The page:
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CIBC: Is The PrivateBancorp Purchase A Good Idea For Investors?


The PrivateBancorp acquisition helps reposition CIBC from primarily a Canadian domestic lender, opening up far greater exposure to the U.S. economy for the bank.

PrivateBancorp comes with strong wealth-management capabilities for high-net-worth clients. It has delivered consistent loan growth and comes with an experienced management team.

With PrivateBancorp, CIBC's share of profits from the U.S. will immediately double to 10%. By 2020, CIBC expects PrivateBancorp to add $400 million or 25% of total profits.

In the latest move by a big Canadian bank to bet on the U.S. market for growth and diversify beyond their home turf, Canadian Imperial Bank of Commerce (NYSE:CM), or CIBC as it is colloquially known, announced that it is expanding into the United States with an agreement to buy U.S. commercial bank PrivateBancorp, Inc. (NASDAQ:PVTB). CIBC is Canada's fifth-largest bank as measured by loans, assets, and market capitalization. The deal helps reposition CIBC from primarily a Canadian domestic lender, opening up far greater exposure to the U.S. economy for the bank. It also ends months of speculation about CIBC's strategy for diversifying outside Canada.

Canada's Big Five banks dominate the domestic banking and wealth management sectors, and are contending with the prospect of rising credit losses from energy-sector lending and sluggish economic growth due to the commodities price rout. This is pushing the banks to expand into the U.S. to seek new customers and further diversify their lending activity, as earnings growth from domestic lending slows.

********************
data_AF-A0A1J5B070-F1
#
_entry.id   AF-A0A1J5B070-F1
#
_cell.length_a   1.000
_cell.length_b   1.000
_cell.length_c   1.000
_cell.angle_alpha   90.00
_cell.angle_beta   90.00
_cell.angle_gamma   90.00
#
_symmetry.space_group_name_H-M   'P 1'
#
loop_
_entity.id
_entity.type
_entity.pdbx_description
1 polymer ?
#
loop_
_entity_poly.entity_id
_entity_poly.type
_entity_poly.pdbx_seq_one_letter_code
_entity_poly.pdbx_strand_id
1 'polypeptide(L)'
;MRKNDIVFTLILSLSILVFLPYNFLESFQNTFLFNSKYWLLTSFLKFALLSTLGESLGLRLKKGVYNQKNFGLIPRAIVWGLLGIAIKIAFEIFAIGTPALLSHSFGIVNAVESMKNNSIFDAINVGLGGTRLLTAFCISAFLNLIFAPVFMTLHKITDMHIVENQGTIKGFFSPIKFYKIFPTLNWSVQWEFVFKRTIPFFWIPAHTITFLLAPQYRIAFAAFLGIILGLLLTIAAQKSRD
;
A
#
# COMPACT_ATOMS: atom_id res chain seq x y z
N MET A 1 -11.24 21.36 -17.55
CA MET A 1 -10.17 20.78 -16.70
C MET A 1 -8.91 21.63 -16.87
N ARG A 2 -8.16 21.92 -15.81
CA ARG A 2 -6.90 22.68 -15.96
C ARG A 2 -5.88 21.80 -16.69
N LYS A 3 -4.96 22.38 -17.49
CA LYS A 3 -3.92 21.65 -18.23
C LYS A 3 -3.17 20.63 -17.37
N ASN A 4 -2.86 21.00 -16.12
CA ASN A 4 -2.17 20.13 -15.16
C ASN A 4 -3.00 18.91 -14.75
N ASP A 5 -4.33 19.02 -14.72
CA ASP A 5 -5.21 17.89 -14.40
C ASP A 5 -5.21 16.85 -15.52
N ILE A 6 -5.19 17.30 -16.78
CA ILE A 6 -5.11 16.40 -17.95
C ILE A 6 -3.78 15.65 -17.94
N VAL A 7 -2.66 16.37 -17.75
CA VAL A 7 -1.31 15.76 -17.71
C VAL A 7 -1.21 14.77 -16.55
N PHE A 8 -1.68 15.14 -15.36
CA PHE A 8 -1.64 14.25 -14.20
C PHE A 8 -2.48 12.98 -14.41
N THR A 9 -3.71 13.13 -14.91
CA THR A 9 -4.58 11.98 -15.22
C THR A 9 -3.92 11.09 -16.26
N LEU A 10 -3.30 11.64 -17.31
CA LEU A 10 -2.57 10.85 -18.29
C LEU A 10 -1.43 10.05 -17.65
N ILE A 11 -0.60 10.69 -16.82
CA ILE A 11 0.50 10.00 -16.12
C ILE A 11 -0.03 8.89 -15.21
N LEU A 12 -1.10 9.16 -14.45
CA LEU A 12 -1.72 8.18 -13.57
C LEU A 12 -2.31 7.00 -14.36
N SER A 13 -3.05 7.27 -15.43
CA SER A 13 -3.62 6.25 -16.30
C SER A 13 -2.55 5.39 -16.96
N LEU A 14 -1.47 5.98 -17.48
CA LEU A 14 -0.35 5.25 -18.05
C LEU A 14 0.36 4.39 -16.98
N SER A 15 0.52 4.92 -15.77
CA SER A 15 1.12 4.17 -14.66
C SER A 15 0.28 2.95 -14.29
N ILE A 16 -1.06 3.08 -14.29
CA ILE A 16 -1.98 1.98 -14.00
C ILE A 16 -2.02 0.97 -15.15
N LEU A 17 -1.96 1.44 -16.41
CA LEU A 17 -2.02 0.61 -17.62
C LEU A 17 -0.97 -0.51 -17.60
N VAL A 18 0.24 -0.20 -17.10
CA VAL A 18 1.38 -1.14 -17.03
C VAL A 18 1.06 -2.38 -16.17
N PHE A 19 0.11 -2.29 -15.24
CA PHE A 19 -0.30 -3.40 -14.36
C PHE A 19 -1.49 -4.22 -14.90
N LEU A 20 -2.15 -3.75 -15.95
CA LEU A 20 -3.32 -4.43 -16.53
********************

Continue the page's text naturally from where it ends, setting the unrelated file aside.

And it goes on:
CIBC's move into the United States follows a similar strategy of Royal Bank of Canada (NYSE:RY). RBC announced in early 2015 a $5-billion deal to acquire Los Angeles-based City National Bank, which focuses on commercial and high-net-worth clients. The deal was completed late last year, making it the largest deal in RBC's history.

In addition, Bank of Montreal (NYSE:BMO), owner of Chicago-based BMO Harris Bank, acquired a U.S.-based finance business from General Electric Co. (NYSE:GE) in December, while Toronto-Dominion Bank (NYSE:TD), which spent $17 billion building a U.S. retail banking network, has shifted in the last three years to buying U.S. credit-card portfolios.